The small Wimmera town of Dimboola is reinventing itself in unusual ways.

Story John Dunn  Photo Robin Webb

For most of the time since government contractor Frederick Smith drew a plan for the Victorian Wimmera town of Dimboola in 1862, you could say it has kept a low profile. But not anymore. The arrival of Cambodian restaurateurs Chan and Jamie Uoy 4 years ago has heralded a reimagination, with the once conservative farming-based location now the centre of an edgy science-fiction festival and a gift emporium that aims to channel the great museums of London.

The Indigenous people of the area – the Wotjobaluk, Jaadwa, Jardwadjali, Wergaia and Jupagik peoples – called it Watchegatcheca, meaning many wattle trees and white cockatoos, while surveyor John Wilmot, who had lived in Ceylon, gave it the Sinhalese word Dimbula, meaning land of figs. It was actually called Nine Creeks for a while, but authorities settled on an anglicised version of Wilmot’s choice. 

In the past, Dimboola was best known as the site of several famous landscape paintings – artist Sidney Nolan was stationed here in the 1940s during World War I – and as a name and base for the popular 1970s wedding comedy Dimboola by playwright Jack Hibberd.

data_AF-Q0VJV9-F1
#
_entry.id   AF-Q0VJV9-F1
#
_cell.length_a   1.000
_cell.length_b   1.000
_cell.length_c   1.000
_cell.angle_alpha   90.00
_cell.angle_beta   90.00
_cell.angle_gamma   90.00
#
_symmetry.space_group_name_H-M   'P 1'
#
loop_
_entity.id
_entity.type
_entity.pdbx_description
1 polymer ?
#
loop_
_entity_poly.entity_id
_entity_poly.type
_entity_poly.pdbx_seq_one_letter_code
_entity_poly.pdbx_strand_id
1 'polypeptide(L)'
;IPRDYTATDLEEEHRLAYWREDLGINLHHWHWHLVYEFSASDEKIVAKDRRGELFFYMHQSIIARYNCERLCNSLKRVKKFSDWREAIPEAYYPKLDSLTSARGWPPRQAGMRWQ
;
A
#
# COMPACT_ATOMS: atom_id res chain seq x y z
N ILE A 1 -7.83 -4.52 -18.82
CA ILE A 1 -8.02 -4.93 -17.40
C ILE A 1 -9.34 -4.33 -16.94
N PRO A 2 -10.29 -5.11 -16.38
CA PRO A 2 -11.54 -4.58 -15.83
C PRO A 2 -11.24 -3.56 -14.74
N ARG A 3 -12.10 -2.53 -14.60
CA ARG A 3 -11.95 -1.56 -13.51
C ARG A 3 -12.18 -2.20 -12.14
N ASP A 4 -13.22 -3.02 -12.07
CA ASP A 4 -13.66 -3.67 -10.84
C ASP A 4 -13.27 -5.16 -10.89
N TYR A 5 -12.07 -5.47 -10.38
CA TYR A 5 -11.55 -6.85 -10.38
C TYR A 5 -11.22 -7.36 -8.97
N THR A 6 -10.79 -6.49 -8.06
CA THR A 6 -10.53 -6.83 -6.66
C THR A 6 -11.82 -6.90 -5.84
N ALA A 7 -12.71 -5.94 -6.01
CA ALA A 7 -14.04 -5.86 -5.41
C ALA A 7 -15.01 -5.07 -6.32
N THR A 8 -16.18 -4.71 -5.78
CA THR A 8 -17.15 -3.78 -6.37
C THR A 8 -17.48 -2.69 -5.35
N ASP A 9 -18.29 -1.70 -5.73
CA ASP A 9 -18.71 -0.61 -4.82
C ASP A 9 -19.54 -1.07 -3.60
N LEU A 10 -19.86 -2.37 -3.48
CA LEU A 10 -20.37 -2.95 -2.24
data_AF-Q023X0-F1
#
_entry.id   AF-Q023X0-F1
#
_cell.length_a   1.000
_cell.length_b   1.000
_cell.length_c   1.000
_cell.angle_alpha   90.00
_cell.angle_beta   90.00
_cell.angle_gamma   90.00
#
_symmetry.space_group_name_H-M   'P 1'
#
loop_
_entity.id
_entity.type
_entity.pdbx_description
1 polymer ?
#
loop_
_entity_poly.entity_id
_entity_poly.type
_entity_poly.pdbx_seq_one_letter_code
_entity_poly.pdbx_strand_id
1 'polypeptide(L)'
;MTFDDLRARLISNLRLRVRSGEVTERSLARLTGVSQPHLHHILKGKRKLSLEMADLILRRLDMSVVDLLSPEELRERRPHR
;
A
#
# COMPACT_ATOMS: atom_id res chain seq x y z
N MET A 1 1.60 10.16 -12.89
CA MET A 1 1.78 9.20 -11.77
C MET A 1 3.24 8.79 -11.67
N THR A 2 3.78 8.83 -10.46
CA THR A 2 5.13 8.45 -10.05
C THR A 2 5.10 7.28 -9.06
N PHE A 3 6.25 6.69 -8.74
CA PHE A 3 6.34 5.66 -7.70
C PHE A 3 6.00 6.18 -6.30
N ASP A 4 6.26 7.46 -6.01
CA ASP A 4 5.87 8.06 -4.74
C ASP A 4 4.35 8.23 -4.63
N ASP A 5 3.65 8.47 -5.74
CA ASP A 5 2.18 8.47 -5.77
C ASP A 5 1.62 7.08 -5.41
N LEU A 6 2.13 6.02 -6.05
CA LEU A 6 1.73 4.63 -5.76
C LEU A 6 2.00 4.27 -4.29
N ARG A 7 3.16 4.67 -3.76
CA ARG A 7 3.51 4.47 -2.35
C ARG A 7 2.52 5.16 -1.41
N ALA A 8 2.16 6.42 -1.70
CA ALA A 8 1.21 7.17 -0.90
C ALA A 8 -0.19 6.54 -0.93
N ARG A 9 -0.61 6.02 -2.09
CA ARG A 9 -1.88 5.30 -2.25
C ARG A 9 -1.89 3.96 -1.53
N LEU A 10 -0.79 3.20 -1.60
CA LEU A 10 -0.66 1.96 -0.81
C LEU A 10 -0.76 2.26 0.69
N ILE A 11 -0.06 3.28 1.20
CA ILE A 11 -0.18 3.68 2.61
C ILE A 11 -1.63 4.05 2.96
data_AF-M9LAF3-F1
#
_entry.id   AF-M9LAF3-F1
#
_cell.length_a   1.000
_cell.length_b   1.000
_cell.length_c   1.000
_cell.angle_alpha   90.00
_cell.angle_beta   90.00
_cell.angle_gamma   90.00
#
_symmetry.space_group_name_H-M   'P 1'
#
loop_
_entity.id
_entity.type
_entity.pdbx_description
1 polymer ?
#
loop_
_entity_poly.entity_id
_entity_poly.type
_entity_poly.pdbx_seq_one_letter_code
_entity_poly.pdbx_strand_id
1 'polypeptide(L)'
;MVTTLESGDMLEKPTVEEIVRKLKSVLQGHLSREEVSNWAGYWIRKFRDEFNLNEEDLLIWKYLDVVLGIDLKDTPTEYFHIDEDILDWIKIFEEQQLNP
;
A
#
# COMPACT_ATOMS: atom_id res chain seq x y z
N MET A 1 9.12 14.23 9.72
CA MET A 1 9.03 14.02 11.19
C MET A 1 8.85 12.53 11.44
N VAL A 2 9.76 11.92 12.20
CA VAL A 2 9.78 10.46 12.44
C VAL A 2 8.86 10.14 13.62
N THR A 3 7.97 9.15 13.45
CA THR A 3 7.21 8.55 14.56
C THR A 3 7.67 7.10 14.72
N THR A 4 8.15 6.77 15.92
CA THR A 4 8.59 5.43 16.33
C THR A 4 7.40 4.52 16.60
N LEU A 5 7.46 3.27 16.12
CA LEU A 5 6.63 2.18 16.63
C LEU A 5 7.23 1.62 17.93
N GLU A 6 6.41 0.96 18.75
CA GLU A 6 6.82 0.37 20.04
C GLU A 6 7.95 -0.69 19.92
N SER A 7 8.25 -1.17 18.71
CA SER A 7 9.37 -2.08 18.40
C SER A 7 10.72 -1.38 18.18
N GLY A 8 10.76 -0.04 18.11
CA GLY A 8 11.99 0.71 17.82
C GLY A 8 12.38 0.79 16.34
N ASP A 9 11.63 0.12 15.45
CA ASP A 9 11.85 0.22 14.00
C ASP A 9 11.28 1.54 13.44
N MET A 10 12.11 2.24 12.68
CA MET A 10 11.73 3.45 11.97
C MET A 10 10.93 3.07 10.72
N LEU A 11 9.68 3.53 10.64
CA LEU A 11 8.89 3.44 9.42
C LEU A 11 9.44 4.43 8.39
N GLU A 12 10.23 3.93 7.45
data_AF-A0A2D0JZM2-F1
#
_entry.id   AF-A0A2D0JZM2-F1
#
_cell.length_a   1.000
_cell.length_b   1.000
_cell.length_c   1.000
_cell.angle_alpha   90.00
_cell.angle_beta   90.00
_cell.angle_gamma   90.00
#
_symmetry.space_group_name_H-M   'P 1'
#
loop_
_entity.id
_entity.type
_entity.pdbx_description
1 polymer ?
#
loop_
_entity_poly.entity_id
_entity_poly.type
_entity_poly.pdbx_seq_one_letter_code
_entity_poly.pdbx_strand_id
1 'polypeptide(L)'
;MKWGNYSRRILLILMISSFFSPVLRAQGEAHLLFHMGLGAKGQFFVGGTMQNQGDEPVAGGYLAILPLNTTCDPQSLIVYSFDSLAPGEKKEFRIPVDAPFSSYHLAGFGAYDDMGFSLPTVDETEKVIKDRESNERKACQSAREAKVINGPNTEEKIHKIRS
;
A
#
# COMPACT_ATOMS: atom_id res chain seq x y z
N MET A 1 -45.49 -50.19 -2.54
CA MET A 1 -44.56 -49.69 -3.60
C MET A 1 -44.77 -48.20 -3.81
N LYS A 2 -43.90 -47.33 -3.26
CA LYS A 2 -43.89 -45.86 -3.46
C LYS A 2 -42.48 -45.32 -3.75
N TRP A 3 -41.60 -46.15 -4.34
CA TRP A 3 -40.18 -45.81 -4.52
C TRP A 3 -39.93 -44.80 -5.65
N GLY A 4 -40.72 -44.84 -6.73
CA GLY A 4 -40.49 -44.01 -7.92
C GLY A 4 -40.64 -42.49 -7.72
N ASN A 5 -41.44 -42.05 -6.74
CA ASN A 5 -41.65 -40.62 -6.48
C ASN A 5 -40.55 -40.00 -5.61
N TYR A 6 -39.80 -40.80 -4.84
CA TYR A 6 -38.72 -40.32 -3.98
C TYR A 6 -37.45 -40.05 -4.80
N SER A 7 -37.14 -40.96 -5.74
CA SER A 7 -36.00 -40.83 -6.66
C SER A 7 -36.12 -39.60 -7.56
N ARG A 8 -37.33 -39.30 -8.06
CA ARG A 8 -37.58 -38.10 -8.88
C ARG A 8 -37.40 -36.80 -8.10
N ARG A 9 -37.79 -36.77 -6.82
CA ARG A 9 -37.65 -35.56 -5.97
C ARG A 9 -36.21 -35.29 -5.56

Chan and Jamie decided they needed a change from 20 years of preparing fine food in their Melbourne restaurants at Docklands and Yarraville. They had a vision for what they called an ‘Imaginarium’, where one could be absorbed into a world of class and style. “We wanted to purvey a cross between a 19th-century English drawing room and one of the great museums of London,” Chan says. “A wondrous gift shop with old-fashioned charm, with a quirky escapism.”

The search led them to an imposing two-storey, red-brick, former bank building with a residence, garden and stables in out-of-the-way, grain-growing Dimboola. This grand structure opened with a flourish in 1909, when 250 white, male customers were invited to assemble out the front. 

These exclusions did not escape the attention of the well-travelled couple as they began to stock their venture. There were Seletti lamps from Italy, a Murano chandelier, classic English chesterfields, Florentine art, vintage French colonial posters, statues of the Buddha, images of ancient temples, artworks by the renowned Tom of Finland, superb stationery from Budapest, a 16th-century Lutheran bible and, as the centrepiece,
an immense stuffed giraffe. 

Today the Imaginarium truly is a magnificent and exotic display.

After an initial settling-down period of a couple of years, the couple launched a plan to draw further attention to the Imaginarium and to attract more visitors in the form of the Wimmera Steampunk Festival.

This story excerpt is from Issue #150

Outback Magazine: Aug/Sep 2023